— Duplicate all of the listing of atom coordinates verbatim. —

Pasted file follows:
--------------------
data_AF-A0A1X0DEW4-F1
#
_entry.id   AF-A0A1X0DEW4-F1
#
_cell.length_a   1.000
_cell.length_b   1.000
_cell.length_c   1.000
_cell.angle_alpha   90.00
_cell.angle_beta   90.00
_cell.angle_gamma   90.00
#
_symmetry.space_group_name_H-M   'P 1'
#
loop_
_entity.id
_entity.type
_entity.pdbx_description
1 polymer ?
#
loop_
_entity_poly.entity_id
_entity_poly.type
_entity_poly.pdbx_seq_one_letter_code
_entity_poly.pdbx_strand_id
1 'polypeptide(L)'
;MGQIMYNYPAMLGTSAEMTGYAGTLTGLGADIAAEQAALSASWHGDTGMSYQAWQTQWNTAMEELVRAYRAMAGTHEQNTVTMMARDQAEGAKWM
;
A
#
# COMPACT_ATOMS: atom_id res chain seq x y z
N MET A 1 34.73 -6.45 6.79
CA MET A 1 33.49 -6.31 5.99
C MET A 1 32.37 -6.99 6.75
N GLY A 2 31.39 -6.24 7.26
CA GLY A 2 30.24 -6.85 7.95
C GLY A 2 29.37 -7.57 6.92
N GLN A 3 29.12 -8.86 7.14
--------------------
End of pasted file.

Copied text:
data_AF-A0A1X0DEW4-F1
#
_entry.id   AF-A0A1X0DEW4-F1
#
_cell.length_a   1.000
_cell.length_b   1.000
_cell.length_c   1.000
_cell.angle_alpha   90.00
_cell.angle_beta   90.00
_cell.angle_gamma   90.00
#
_symmetry.space_group_name_H-M   'P 1'
#
loop_
_entity.id
_entity.type
_entity.pdbx_description
1 polymer ?
#
loop_
_entity_poly.entity_id
_entity_poly.type
_entity_poly.pdbx_seq_one_letter_code
_entity_poly.pdbx_strand_id
1 'polypeptide(L)'
;MGQIMYNYPAMLGTSAEMTGYAGTLTGLGADIAAEQAALSASWHGDTGMSYQAWQTQWNTAMEELVRAYRAMAGTHEQNTVTMMARDQAEGAKWM
;
A
#
# COMPACT_ATOMS: atom_id res chain seq x y z
N MET A 1 34.73 -6.45 6.79
CA MET A 1 33.49 -6.31 5.99
C MET A 1 32.37 -6.99 6.75
N GLY A 2 31.39 -6.24 7.26
CA GLY A 2 30.24 -6.85 7.95
C GLY A 2 29.37 -7.57 6.92
N GLN A 3 29.12 -8.86 7.14